• http://pytorch.org/tutorials/beginner/data_loading_tutorial.html - pytorch’s data loading and processing tutorial
  • http://pytorch.org/docs/master/torchvision/transforms.html - transforms documentation
  • http://pytorch.org/tutorials/beginner/blitz/cifar10_tutorial.html - pytorch’s data classifier tutorial

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# In preparation for building our Convolutional Neural Network (CNN), we're going to stop using random, arbitrary vectors.
# Instead, we're going to use an actual standardized dataset: CIFAR-10
# We also have built in modules to help us load/wrangle the dataset, so we're going to use those too! (since we're spoiled)

transform = transforms.Compose( # we're going to use this to transform our data to make each sample more uniform
   [
    transforms.ToTensor(), # converts each sample from a (0-255, 0-255, 0-255) PIL Image format to a (0-1, 0-1, 0-1) FloatTensor format
    transforms.Normalize((0.5, 0.5, 0.5), (0.5, 0.5, 0.5)) # for each of the 3 channels of the image, subtract mean 0.5 and divide by stdev 0.5
   ]) # the normalization makes each SGD iteration more stable and overall makes convergence easier

trainset = torchvision.datasets.CIFAR10(root='./data', train=True,
                                        download=True, transform=transform) # this is all we need to get/wrangle the dataset!
trainloader = torch.utils.data.DataLoader(trainset, batch_size=4,
                                          shuffle=True)

testset = torchvision.datasets.CIFAR10(root='./data', train=False,
                                       download=True, transform=transform)
testloader = torch.utils.data.DataLoader(testset, batch_size=4,
                                         shuffle=False)

classes = ('plane', 'car', 'bird', 'cat', 'deer', 'dog', 'frog', 'horse', 'ship', 'truck') # each image can have 1 of 10 labels

# helper function to show an image
def imshow(img):
    img = img / 2 + 0.5     # unnormalize
    npimg = img.numpy()
    plt.imshow(np.transpose(npimg, (1, 2, 0)))

# get some random training images
dataiter = iter(trainloader)
images, labels = dataiter.next()

# show images
imshow(torchvision.utils.make_grid(images))
# print labels
print(' '.join('%5s' % classes[labels[j]] for j in range(4)))
Files already downloaded and verified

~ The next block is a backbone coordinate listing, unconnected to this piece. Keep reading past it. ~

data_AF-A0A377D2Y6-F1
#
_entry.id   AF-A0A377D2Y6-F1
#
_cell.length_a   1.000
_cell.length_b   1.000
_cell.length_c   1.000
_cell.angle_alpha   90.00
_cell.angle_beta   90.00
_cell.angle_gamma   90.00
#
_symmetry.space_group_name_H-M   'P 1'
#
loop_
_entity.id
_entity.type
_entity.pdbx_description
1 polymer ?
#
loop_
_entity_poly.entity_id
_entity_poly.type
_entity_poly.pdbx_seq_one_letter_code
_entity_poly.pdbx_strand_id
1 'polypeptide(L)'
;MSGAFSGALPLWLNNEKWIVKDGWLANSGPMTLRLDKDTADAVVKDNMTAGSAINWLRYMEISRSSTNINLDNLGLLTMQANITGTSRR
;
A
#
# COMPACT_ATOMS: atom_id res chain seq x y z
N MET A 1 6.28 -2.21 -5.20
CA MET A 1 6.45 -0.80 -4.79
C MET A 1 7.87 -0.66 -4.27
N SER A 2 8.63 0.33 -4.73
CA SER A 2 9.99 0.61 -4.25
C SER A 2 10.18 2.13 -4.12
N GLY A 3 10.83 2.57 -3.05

Files already downloaded and verified
horse  bird  deer truck

png

# Now that we've got a lot of boilerplate code out of the way, here's how it fits in to what we did above:

class Net(nn.Module):
    def __init__(self):
        super(Net, self).__init__()
        self.fc1 = nn.Linear(32 * 32 * 3, 25) # now our first layer accepts inputs the size of the image's total information
        self.fc2 = nn.Linear(25, 10) # we also have 25 hidden layers
        self.sigmoid = nn.Sigmoid()

    def forward(self, x):
        x = x.view(-1, 32 * 32 * 3) # this just reshapes our tensor of image data so that we have <batch size>
        x = self.fc1(x)             # in one dimension, and then the image data in the other
        x = self.sigmoid(x)
        x = self.fc2(x)
        x = self.sigmoid(x)
        return x

net = Net()

NUMBER_OF_EPOCHS = 3
LEARNING_RATE = 1e-1
loss_function = nn.CrossEntropyLoss() # Changing our loss / cost function to work with our labels
optimizer = optim.SGD(net.parameters(), lr=LEARNING_RATE)

for epoch in range(NUMBER_OF_EPOCHS):
    train_loader_iter = iter(trainloader)
    for batch_idx, (inputs, labels) in enumerate(train_loader_iter):
        net.zero_grad()
        inputs, labels = Variable(inputs.float()), Variable(labels)
        output = net(inputs)
        loss = loss_function(output, labels)
        loss.backward()
        optimizer.step()
    print("Iteration: " + str(epoch + 1))
Iteration: 1
Iteration: 2
Iteration: 3
# Awesome! Now it's trained. Time to test it:

dataiter = iter(testloader)
images, labels = dataiter.next() # just grabbing a sample from our test data set